In organizations that empower teams and individuals, what is the role of managers? It turns out, they have three critical jobs.
Modern companies have recognized the benefit of moving decisions about work closer to the teams and individuals executing it. We are in the midst of a world-wide re-examination of how we approach work. Even the U.S. Surgeon General describes the shift that is needed:
Movements like Agile, Beyond Budgeting, and Reinventing Organizations are all examples of this shift, and in each of these, there is a key question: what does this shift mean for managers? For all of these managers, we need a modern definition of the role, because there are certain things empowered teams need in order to be effective.
Even in organizations where the traditional job title and reporting structure of managers have been removed completely, like Morning Star, Buurtzorg, Geonetric, and Valve, the jobs of management still need to happen.
The Three Jobs of Management
Managers support and enable self-organizing, high-performing teams. How? By doing three jobs, each of which has a human side and an objective side:
- Create Clarity — what are we trying to do together and what does success look like?
- Increase Capability — how can we maximize the resources we can apply towards that end?
- Improve the System — how can we apply that capability towards that end more and more effectively?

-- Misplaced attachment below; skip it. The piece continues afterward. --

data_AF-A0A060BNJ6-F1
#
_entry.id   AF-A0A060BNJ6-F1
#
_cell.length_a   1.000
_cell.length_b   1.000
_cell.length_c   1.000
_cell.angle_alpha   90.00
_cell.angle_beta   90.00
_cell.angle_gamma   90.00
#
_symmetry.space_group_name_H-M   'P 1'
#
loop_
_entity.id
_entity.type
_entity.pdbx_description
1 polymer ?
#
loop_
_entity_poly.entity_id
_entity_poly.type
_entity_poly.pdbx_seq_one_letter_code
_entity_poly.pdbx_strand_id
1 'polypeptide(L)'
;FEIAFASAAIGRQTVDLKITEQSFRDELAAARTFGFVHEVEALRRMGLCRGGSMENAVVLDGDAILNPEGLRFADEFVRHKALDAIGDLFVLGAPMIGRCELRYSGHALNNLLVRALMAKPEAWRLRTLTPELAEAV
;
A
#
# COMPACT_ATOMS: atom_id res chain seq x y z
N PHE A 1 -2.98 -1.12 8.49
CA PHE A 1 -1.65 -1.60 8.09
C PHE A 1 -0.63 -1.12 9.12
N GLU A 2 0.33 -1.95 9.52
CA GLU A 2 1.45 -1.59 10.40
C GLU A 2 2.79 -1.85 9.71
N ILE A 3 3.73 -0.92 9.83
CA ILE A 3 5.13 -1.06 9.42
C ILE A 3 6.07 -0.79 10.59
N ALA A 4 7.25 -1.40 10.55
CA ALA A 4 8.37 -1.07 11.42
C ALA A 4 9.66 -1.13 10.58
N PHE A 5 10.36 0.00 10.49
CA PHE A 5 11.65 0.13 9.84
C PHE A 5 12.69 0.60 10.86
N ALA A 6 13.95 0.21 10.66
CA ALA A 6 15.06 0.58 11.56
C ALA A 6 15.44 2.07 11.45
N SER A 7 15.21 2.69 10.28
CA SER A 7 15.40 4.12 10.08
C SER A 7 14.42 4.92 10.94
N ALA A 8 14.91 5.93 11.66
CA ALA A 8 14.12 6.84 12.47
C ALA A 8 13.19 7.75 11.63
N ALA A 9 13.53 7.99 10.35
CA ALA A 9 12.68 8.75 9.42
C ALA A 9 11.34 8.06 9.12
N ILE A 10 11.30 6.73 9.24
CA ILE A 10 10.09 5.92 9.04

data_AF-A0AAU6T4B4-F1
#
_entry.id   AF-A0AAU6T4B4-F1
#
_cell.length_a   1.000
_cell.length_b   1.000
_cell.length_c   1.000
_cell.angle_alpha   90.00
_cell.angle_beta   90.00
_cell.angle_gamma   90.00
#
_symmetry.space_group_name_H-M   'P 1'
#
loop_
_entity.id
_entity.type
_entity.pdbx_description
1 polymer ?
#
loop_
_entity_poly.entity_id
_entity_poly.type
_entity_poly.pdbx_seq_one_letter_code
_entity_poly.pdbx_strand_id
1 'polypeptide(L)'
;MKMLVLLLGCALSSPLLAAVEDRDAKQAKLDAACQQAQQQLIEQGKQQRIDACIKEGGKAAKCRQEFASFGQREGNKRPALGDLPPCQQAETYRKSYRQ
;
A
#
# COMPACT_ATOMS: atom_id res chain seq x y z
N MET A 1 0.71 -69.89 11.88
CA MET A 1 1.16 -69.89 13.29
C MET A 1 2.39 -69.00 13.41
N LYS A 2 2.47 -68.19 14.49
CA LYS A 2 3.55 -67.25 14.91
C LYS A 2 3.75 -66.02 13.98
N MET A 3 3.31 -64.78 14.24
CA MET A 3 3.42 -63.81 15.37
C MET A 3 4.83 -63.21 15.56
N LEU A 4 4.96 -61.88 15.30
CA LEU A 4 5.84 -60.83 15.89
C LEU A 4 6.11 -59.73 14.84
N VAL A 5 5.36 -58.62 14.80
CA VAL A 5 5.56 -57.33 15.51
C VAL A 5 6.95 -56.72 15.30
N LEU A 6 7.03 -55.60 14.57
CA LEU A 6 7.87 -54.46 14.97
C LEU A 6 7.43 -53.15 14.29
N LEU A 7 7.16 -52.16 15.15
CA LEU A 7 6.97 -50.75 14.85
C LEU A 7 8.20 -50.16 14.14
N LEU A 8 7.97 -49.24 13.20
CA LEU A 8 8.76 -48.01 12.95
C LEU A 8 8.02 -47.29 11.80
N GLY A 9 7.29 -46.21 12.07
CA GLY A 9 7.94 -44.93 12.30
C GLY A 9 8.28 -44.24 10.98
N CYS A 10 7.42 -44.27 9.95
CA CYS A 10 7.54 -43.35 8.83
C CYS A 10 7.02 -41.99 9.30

Here’s an illustration of those three jobs with several focus areas under each one:
On any given day, a particular manager may focus on just a few of these, but together these generate a sort of “management dashboard” that orients the new day-to-day work of managers.
New Skills Required
A manager who’s used to being the expert on the work, who’s used to directing the details of the work for a team, can feel out of their depth looking at this list of focus areas. Modern management really is a different job.
- Coaching for growth, which means knowing when to give advice, when to share a concept or model, when to ask a powerful question—and how to do each of those well
- Facilitating great team meetings, the kind where the team discovers something new and comes to an aligned outcome
- Setting goals and following through with accountability, but without micromanaging
- Communicating effectively with other managers and stakeholders
It’s not command and control. Nor is it hands-off. It’s a different way of engaging to create clarity, increase capability, and improve the system.
The three jobs of management are simple to explain, but doing them well requires a deep understanding of those jobs and the development of new habits. Each organization, team, and manager will need to apply them in their own context.
If you are…
- …frustrated that management feels handwaved in organizations,
- …unsure how to contribute to building and maintaining high-performance teams,
- …wishing for clearer ways to communicate to stakeholders about what teams are up to, or
- …looking to grow your ability to get the best from the people in your organization,
… the three jobs of management provides a human-centered, business friendly approach to the role. Management has a tarnished reputation in many organizations, and it is not a result of a lack of good intent, hard work, and trying to do the right thing.
For a century, we’ve been taught to direct and control. Want to develop your capability to be a different kind of manager, one that creates the conditions for self-organizing teams to thrive?
Our Three Jobs of Management series goes deep into the key jobs and skills of effective management. Designed as a series of workshops with practice in between, each workshop introduces a new key skill in effective management for empowered organizations. Click below and join the mailing list to hear about upcoming workshop offerings.
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